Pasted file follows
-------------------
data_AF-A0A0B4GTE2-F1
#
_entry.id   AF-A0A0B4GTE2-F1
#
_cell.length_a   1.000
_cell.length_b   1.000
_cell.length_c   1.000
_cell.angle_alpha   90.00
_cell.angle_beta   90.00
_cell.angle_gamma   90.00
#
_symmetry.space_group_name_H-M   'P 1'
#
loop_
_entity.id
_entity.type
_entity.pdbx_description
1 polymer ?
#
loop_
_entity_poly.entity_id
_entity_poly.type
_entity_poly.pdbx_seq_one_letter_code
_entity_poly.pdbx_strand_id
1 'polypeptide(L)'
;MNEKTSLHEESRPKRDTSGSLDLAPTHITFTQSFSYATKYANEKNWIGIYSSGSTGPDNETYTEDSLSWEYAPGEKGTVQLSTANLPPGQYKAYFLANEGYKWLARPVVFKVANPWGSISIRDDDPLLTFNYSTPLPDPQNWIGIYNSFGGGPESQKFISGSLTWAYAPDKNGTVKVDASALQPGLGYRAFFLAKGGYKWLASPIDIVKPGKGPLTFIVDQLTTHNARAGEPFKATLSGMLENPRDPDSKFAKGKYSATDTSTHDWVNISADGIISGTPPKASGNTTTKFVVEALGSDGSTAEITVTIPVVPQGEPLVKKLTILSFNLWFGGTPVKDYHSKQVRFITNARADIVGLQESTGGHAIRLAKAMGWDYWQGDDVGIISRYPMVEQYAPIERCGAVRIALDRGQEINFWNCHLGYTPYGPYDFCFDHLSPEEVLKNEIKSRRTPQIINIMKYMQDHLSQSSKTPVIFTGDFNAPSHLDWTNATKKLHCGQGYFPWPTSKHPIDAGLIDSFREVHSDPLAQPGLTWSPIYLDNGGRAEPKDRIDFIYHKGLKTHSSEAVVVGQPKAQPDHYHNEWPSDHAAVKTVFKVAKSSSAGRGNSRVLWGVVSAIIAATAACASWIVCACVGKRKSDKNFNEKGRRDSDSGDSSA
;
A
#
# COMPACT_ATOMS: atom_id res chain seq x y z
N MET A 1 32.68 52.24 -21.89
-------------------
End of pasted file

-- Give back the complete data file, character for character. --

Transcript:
data_AF-A0A0B4GTE2-F1
#
_entry.id   AF-A0A0B4GTE2-F1
#
_cell.length_a   1.000
_cell.length_b   1.000
_cell.length_c   1.000
_cell.angle_alpha   90.00
_cell.angle_beta   90.00
_cell.angle_gamma   90.00
#
_symmetry.space_group_name_H-M   'P 1'
#
loop_
_entity.id
_entity.type
_entity.pdbx_description
1 polymer ?
#
loop_
_entity_poly.entity_id
_entity_poly.type
_entity_poly.pdbx_seq_one_letter_code
_entity_poly.pdbx_strand_id
1 'polypeptide(L)'
;MNEKTSLHEESRPKRDTSGSLDLAPTHITFTQSFSYATKYANEKNWIGIYSSGSTGPDNETYTEDSLSWEYAPGEKGTVQLSTANLPPGQYKAYFLANEGYKWLARPVVFKVANPWGSISIRDDDPLLTFNYSTPLPDPQNWIGIYNSFGGGPESQKFISGSLTWAYAPDKNGTVKVDASALQPGLGYRAFFLAKGGYKWLASPIDIVKPGKGPLTFIVDQLTTHNARAGEPFKATLSGMLENPRDPDSKFAKGKYSATDTSTHDWVNISADGIISGTPPKASGNTTTKFVVEALGSDGSTAEITVTIPVVPQGEPLVKKLTILSFNLWFGGTPVKDYHSKQVRFITNARADIVGLQESTGGHAIRLAKAMGWDYWQGDDVGIISRYPMVEQYAPIERCGAVRIALDRGQEINFWNCHLGYTPYGPYDFCFDHLSPEEVLKNEIKSRRTPQIINIMKYMQDHLSQSSKTPVIFTGDFNAPSHLDWTNATKKLHCGQGYFPWPTSKHPIDAGLIDSFREVHSDPLAQPGLTWSPIYLDNGGRAEPKDRIDFIYHKGLKTHSSEAVVVGQPKAQPDHYHNEWPSDHAAVKTVFKVAKSSSAGRGNSRVLWGVVSAIIAATAACASWIVCACVGKRKSDKNFNEKGRRDSDSGDSSA
;
A
#
# COMPACT_ATOMS: atom_id res chain seq x y z
N MET A 1 32.68 52.24 -21.89